HOW TO MAKE HERB scented can­dles

In­fuse fresh plants such as laven­der, le­mon ver­bena and rose in melted wax for beau­ti­fully fra­grant gifts.

NZ Gardener - Gifts from the Gardens - - Natural Gifts -

Most con­ven­tional can­dles are made of paraf­fin, which re­leases car­cino­genic chem­i­cals when burned. Soy wax is a nat­u­ral al­ter­na­tive, made from the oil of the soy­bean. It goes through an hy­dro­gena­tion process, which changes the de­gree of sat­u­rated fat, mak­ing it solid at room tem­per­a­ture. It’s biodegrad­able, re­new­able, clean burn­ing, and more af­ford­able than beeswax, but it’s also a soft wax, which means you’re lim­ited to what you can use it for. That’s why most soy can­dles are con­tainer can­dles – the non­flammable con­tainer ‘holds’ the wax with­out the need for hard­en­ers.

To make laven­der soy can­dles you need: • soy wax (work out quan­ti­ties, right) • sprigs of laven­der • dried laven­der flow­ers • laven­der or other es­sen­tial oil (op­tional) • clear, heat­proof con­tainer for can­dle • saucepan • aluminium or other heat­proof pour pot • ther­mome­ter • wick tab • wick

• glue gun • ice­block stick, with a hole in the cen­tre

Place the wax in the pour pot and place the pour pot in a saucepan that is quar­ter to half filled with wa­ter. Place the saucepan on the stove and turn on the heat. Do not let the wa­ter boil. Melt the wax at up to 85°C. Stir ev­ery now and again to has­ten melt­ing.

Mean­while, pre­pare the can­dle con­tainer. Wipe it out with a dry cloth. At­tach the wick to the wick tab. Use the glue gun to at­tach the wick tab to the bot­tom of the con­tainer in the cen­tre. Thread the wick through the hole of the ice­block stick and rest the stick on top of the con­tainer in the mid­dle to keep the wick cen­tred and up­right.

Put a spot of glue at in­ter­vals around the inside sides of the con­tainer and push a sprig of laven­der onto each glue spot so that it re­mains up­right. Tip a few dried laven­der flow­ers into the bot­tom of the con­tainer.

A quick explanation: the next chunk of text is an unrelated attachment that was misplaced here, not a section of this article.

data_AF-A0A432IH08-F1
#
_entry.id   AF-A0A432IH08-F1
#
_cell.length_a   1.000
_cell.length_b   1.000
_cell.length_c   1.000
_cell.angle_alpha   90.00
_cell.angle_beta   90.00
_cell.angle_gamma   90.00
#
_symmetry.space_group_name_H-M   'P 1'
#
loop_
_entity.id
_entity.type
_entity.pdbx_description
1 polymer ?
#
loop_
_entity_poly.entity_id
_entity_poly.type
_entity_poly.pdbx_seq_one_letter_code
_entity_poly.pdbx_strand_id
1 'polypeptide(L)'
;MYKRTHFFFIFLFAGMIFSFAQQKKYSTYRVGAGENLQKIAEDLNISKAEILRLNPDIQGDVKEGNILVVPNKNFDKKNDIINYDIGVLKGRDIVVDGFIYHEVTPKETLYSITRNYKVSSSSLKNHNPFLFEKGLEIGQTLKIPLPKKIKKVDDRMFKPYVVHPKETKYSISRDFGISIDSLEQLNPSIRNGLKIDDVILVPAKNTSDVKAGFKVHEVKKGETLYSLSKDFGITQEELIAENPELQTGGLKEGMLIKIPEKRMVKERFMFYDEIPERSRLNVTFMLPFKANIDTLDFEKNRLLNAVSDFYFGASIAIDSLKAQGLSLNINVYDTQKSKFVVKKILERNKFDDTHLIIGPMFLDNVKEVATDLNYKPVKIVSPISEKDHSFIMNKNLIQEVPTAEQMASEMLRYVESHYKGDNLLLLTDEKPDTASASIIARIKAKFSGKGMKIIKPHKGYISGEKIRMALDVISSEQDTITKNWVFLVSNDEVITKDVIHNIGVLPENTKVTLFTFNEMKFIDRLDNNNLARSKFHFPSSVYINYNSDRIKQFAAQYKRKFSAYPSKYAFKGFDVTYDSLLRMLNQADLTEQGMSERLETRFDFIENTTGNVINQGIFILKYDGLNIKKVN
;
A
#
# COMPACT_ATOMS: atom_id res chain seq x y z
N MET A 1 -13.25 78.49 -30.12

When the wax has melted, re­move the pour­ing pot from the heat and set it on a heat­proof sur­face. Al­low the wax to drop to 70°C. If adding es­sen­tial oil, do so now, stir­ring it into the wax. Adding the es­sen­tial oil just be­fore pour­ing avoids pro­longed heat­ing of the oil, which will cause loss of scent.

Pour the wax into your con­tainer.

Let it set slightly then drop a few more dried laven­der flow­ers into the wax. If added straight away they tend to drop to the bot­tom. Al­low can­dles to cure for 48 hours be­fore light­ing. Re­move the ice­block stick first.


Pour wa­ter into your con­tainer to about 1cm be­low the top of the con­tainer, then tip it into a mea­sur­ing jug and mea­sure the amount. As wax changes prop­er­ties when it melts, use the fol­low­ing for­mula to work out how much wax you need. Vol­ume of wa­ter (ml) x 0.8 = grams of wax. So let’s say your con­tainer holds 100ml wa­ter. Mul­ti­ply that by 0.8. There­fore: 100 x 0.8 = 80g of wax.

Never melt wax straight on the flame or put the saucepan di­rectly on the heat… al­ways use a dou­ble boiler. Have a fire ex­tin­guisher or a large amount of bak­ing soda on hand to douse flames in case of fire.

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